Although they believed in principles which I did not, I placed myself under their watch-care, to be a guard upon me, and to keep me from running into evils.

From the time I was twelve years old, I had many serious thoughts and strong desires to obtain a knowledge of salvation, but not finding any one who could teach me the things of God, I did not embrace any principles of doctrine, but endeavored to lead a moral life. The priests would tell me to believe in the Lord Jesus Christ, but never would tell me what to do to be saved, and thus left me almost in despair.

About three weeks after I joined the Baptist church, five elders of the Church of Jesus Christ came from Pennsylvania to the house of Phinehas H. Young in Victor. Their names were Eleazer Miller, Elial Strong, Alpheus Gifford, Enos Curtis, and Daniel Bowen. Hearing of these men, curiosity prompted me to go and see them, when for the first time, I heard the fullness of the everlasting gospel. They declared that an holy angel had been commissioned from the heavens, who had committed the Everlasting Gospel and restored the Holy Priesthood unto Joseph Smith as at the beginning; and that all men were now called upon every where to repent and be baptized for the remission of sins, and receive the laying on of hands for the gift of the Holy Ghost; and these signs should follow those that believe, viz., they should cast out devils in the name of Jesus, they should speak with new tongues, &c., and the reason why the Lord had restored these things, was because the people had transgressed the laws, changed the ordinance, and broken the Everlasting Covenant.

As soon as I heard them I was convinced that they taught the truth, and that I had only received a part of the ordinances under the Baptist Church. I also saw and heard the gifts of the spirit manifested by the elders, for they spoke in tongues and interpreted, which tended to strengthen my faith. Brigham Young and myself were constrained, by the Spirit, to bear testimony of the truth, and when we did this, the power of God rested upon us.

On a certain occasion, while going to hear the elders, I passed the house of my brother, Solomon, and enquired of him if he had seen them, he answered he had, and had heard them pray, and prayed with them. I asked what he thought of them, he replied, “They are full of the Holy Ghost religion.” I told him I was going to see them, he said, “Go.”

Brother Brigham Young afterwards prophesied that my brother Solomon would yet believe the work and embrace it, and would lay hold of me, and wonder why I had come into possession of such great knowledge.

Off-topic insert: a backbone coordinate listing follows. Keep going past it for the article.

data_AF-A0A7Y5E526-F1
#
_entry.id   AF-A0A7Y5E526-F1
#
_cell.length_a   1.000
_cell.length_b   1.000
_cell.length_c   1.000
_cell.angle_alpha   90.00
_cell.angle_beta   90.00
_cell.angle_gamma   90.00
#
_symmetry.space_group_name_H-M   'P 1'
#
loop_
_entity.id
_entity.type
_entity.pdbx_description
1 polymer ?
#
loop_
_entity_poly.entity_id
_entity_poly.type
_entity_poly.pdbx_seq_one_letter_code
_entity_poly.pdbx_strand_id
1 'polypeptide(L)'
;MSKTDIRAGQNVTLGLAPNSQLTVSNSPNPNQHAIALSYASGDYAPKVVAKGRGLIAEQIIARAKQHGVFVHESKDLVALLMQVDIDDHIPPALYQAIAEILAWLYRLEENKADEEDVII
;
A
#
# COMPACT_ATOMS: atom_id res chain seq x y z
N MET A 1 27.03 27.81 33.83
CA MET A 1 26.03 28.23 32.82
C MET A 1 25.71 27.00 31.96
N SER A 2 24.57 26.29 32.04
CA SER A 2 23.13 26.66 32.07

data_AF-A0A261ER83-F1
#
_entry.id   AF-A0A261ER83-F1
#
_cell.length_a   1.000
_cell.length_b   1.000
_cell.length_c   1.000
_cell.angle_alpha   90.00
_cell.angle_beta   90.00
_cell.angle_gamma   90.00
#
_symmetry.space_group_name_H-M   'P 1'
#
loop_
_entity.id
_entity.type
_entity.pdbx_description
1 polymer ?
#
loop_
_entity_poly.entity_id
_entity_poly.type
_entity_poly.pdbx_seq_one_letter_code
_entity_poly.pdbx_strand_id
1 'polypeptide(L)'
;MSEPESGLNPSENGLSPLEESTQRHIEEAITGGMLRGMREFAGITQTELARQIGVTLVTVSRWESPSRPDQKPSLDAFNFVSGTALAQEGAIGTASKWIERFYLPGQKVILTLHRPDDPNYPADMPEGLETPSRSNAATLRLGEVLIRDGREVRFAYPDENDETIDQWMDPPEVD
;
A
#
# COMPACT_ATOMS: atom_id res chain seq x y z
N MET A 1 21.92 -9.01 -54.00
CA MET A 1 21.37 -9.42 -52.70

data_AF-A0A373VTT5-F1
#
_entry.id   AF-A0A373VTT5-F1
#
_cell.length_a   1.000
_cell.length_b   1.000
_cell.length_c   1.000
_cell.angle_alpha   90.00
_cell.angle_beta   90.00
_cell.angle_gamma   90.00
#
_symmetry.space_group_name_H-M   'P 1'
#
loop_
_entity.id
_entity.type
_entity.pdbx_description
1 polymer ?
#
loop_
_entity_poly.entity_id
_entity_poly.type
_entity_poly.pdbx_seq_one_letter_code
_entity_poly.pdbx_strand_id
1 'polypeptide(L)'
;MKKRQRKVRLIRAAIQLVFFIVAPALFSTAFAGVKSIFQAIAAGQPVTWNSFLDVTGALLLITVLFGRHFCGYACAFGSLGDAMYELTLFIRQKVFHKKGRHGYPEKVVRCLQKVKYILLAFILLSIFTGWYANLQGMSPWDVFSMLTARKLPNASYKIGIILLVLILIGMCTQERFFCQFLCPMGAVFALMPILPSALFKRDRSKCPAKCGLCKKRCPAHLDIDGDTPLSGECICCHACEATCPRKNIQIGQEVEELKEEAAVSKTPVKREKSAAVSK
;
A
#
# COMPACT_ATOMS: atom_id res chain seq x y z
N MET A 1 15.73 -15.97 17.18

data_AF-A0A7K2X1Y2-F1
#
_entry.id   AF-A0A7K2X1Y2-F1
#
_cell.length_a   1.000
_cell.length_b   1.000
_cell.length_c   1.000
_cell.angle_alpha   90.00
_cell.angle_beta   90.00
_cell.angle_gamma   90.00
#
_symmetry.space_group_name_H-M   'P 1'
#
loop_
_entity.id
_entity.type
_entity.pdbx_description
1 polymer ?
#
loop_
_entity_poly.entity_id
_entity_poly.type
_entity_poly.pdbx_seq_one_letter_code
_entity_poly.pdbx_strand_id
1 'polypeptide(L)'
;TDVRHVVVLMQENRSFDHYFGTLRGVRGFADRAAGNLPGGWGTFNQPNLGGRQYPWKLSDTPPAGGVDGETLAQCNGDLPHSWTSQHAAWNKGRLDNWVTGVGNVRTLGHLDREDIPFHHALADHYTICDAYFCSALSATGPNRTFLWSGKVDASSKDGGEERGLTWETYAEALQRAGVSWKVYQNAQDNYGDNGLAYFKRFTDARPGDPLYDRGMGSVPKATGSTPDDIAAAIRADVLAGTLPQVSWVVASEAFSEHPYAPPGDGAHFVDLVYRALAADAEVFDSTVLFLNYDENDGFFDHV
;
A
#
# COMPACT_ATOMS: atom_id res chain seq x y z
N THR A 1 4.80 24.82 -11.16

The family of John Young, Sen., of five sons, five daughters, and two sons-in-law, John P. Greene and Joel Sanford, had moved into Mendon a few years previously. They had the same principles in their breasts which I had in mine; truth was what we wanted and would have, and truth we did receive; for the Lord granted us testimony upon testimony of the truth of gospel.

Upon one occasion Father John Young, Brigham Young, Joseph Young and myself gathered together to get some wood for Phinehas H. Young. We were pondering upon those things which had been told us by the elders, and upon the Saints gathering to Zion, and the glory of God shone upon us, and we saw the gathering of the Saints to Zion, and the glory that would rest with them and many more things connected with that great event, such as the sufferings and persecutions which would come upon the people of God, and the calamities and judgments which would come upon the world.

These things caused such great joy to spring up in our bosoms, that we were hardly able to contain ourselves; and we did shout aloud, Hosannah to God and the Lamb.

These things increased our desires to hear. I took my horses and sleigh and started for Pennsylvania; Brigham and Phinehas Young and their wives went along with me. We stayed with the Church there about six days, attended their meetings, heard them speak in tongues, interpret and prophecy, which truly caused us to rejoice and praise the Lord. We returned confirmed in the truth, and bore testimony of that which we seen and heard, to our friends and neighbors.